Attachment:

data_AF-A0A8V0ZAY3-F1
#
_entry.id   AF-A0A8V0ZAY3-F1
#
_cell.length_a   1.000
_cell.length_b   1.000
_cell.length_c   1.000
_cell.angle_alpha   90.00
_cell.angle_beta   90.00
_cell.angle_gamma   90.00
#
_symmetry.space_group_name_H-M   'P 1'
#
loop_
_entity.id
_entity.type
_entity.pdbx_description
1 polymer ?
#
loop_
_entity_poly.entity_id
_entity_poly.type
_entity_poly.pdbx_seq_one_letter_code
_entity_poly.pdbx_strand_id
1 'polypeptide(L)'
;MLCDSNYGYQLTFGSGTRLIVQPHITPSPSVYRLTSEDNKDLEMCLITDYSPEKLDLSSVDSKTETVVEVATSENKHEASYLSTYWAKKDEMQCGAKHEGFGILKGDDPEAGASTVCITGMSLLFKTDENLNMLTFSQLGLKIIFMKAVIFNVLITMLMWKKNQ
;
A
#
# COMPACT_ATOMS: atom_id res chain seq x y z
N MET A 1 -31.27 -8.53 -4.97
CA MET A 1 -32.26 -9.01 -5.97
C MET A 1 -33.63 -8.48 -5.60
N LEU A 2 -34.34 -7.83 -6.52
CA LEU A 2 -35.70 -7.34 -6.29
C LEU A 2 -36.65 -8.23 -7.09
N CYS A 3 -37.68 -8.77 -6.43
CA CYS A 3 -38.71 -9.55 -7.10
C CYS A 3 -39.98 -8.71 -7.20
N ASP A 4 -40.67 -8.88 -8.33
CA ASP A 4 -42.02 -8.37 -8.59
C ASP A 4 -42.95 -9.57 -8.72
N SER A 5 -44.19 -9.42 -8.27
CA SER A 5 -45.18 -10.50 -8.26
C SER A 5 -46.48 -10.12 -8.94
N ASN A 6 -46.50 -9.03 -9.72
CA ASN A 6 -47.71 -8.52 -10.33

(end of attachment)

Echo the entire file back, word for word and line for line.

data_AF-A0A8V0ZAY3-F1
#
_entry.id   AF-A0A8V0ZAY3-F1
#
_cell.length_a   1.000
_cell.length_b   1.000
_cell.length_c   1.000
_cell.angle_alpha   90.00
_cell.angle_beta   90.00
_cell.angle_gamma   90.00
#
_symmetry.space_group_name_H-M   'P 1'
#
loop_
_entity.id
_entity.type
_entity.pdbx_description
1 polymer ?
#
loop_
_entity_poly.entity_id
_entity_poly.type
_entity_poly.pdbx_seq_one_letter_code
_entity_poly.pdbx_strand_id
1 'polypeptide(L)'
;MLCDSNYGYQLTFGSGTRLIVQPHITPSPSVYRLTSEDNKDLEMCLITDYSPEKLDLSSVDSKTETVVEVATSENKHEASYLSTYWAKKDEMQCGAKHEGFGILKGDDPEAGASTVCITGMSLLFKTDENLNMLTFSQLGLKIIFMKAVIFNVLITMLMWKKNQ
;
A
#
# COMPACT_ATOMS: atom_id res chain seq x y z
N MET A 1 -31.27 -8.53 -4.97
CA MET A 1 -32.26 -9.01 -5.97
C MET A 1 -33.63 -8.48 -5.60
N LEU A 2 -34.34 -7.83 -6.52
CA LEU A 2 -35.70 -7.34 -6.29
C LEU A 2 -36.65 -8.23 -7.09
N CYS A 3 -37.68 -8.77 -6.43
CA CYS A 3 -38.71 -9.55 -7.10
C CYS A 3 -39.98 -8.71 -7.20
N ASP A 4 -40.67 -8.88 -8.33
CA ASP A 4 -42.02 -8.37 -8.59
C ASP A 4 -42.95 -9.57 -8.72
N SER A 5 -44.19 -9.42 -8.27
CA SER A 5 -45.18 -10.50 -8.26
C SER A 5 -46.48 -10.12 -8.94
N ASN A 6 -46.50 -9.03 -9.72
CA ASN A 6 -47.71 -8.52 -10.33